10 March 2011
There have not been any protests in Qatar so far. A Facebook group is calling for demonstrations to be held on 16 March and the removal of the emir. However a protest originally planned for 27 February failed to win widespread support. Qatar’s successful bid to stage the 2022 World Cup saw scenes of jubilation on the streets of Doha just three months ago. The euphoria has yet to die down.
- None so far, although the Prime Minister Sheikh Hamad bin Jassem bin Jaber al-Thani said in early March that long delayed elections to the consultative council would take place “soon”
Political Risk assessment
With one of the highest per capita gross domestic product in the world, Qatar is considered to be the most stable country in the region and unlikely to experience any significant protests.
23 February 2011
Close proximity to Bahrain and uncertainty resulting from unrest in the wider Arab world caused some jitters on Qatar’s financial markets, but it is unlikely that the political order in this tiny, gas-rich emirate will be shaken.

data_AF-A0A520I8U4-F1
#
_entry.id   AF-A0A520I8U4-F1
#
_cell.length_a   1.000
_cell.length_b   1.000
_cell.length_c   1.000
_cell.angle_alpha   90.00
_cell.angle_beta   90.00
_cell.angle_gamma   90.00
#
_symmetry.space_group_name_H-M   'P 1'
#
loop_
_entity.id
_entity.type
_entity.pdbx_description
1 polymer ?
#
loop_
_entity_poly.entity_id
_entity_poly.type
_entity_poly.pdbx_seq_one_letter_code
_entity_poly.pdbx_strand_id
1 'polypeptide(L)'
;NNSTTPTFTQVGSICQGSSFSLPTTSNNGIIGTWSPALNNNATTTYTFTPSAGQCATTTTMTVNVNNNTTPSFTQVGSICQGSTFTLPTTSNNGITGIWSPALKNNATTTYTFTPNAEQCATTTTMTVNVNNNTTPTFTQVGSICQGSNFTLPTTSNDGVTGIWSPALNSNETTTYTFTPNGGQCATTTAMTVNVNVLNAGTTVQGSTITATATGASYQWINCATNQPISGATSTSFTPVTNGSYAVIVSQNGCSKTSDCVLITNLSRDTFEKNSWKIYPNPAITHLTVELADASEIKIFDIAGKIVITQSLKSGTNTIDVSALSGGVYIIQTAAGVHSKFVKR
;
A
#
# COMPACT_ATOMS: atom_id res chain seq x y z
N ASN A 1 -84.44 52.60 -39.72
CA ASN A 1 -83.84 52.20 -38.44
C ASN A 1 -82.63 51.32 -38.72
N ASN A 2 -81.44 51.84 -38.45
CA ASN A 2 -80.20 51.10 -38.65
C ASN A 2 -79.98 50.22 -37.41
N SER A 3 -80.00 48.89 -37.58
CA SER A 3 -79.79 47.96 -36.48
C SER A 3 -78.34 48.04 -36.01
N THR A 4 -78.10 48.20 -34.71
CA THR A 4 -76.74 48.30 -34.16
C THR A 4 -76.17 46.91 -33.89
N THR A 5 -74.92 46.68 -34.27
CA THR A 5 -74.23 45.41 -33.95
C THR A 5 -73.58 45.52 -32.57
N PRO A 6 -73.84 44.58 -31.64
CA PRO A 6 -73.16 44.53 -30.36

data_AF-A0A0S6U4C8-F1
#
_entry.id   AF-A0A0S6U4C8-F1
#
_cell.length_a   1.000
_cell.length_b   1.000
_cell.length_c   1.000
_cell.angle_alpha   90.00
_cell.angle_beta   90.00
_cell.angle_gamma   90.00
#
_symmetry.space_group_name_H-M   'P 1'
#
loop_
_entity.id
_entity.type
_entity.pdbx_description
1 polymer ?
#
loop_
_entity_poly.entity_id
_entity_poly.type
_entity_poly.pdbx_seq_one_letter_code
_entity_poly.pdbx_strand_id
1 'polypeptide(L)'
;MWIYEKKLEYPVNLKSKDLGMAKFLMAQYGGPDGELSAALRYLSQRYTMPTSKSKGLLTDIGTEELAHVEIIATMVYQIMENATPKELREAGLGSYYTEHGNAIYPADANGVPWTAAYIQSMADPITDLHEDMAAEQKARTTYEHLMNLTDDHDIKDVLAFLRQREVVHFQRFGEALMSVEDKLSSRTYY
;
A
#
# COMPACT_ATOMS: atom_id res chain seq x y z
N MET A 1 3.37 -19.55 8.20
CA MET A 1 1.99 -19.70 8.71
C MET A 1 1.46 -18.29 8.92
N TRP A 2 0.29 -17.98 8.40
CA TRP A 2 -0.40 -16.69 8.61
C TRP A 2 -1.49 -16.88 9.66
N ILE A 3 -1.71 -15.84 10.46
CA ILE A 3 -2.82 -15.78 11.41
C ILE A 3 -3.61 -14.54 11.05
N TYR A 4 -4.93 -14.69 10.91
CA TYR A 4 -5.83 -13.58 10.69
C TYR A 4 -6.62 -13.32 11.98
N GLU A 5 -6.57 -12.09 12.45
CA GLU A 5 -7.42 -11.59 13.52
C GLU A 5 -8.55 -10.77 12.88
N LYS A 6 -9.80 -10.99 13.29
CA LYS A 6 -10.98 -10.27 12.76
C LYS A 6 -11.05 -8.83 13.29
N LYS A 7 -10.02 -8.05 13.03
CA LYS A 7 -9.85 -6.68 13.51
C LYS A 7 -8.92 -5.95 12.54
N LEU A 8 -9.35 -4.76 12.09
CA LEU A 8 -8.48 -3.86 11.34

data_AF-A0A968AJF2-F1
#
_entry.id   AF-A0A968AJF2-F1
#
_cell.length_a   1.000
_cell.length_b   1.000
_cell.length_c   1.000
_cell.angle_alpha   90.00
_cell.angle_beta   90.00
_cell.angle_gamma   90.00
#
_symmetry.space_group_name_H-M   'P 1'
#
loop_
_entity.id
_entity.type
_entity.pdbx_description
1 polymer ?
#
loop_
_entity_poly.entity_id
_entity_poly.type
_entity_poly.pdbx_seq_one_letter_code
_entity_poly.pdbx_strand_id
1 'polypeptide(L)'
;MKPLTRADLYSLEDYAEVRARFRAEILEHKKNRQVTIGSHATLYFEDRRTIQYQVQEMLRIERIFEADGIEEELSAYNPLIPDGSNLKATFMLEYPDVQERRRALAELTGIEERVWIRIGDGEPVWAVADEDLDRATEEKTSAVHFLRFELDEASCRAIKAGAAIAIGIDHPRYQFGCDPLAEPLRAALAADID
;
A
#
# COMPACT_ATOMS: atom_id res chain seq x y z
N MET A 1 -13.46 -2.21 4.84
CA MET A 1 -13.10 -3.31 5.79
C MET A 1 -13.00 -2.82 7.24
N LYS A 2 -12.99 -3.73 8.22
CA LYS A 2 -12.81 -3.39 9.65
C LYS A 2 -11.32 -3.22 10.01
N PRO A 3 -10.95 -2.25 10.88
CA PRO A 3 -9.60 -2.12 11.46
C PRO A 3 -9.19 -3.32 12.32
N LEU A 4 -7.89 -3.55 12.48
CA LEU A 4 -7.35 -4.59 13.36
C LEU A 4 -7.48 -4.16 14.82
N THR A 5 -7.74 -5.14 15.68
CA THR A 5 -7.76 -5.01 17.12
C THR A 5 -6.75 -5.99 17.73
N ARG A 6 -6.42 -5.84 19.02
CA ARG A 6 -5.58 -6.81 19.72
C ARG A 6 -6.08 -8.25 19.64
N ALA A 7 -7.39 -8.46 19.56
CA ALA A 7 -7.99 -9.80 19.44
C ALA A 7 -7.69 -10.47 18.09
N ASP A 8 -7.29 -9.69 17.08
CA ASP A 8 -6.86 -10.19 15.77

Revenues from gas exports have pushed per capita income above $80,000 in recent years, a figure that reduces scope for unrest among the peninsula’s population of 250,000 native Qataris. While the ruling Al-Thani family does not allow much scrutiny of its affairs and controls the domestic media tightly, the social climate is more tolerant. Doha’s successful bid to stage the 2022 World Cup and its role as the headquarters of the Al-Jazeera news channel reflect a desire to maintain a sound global reputation.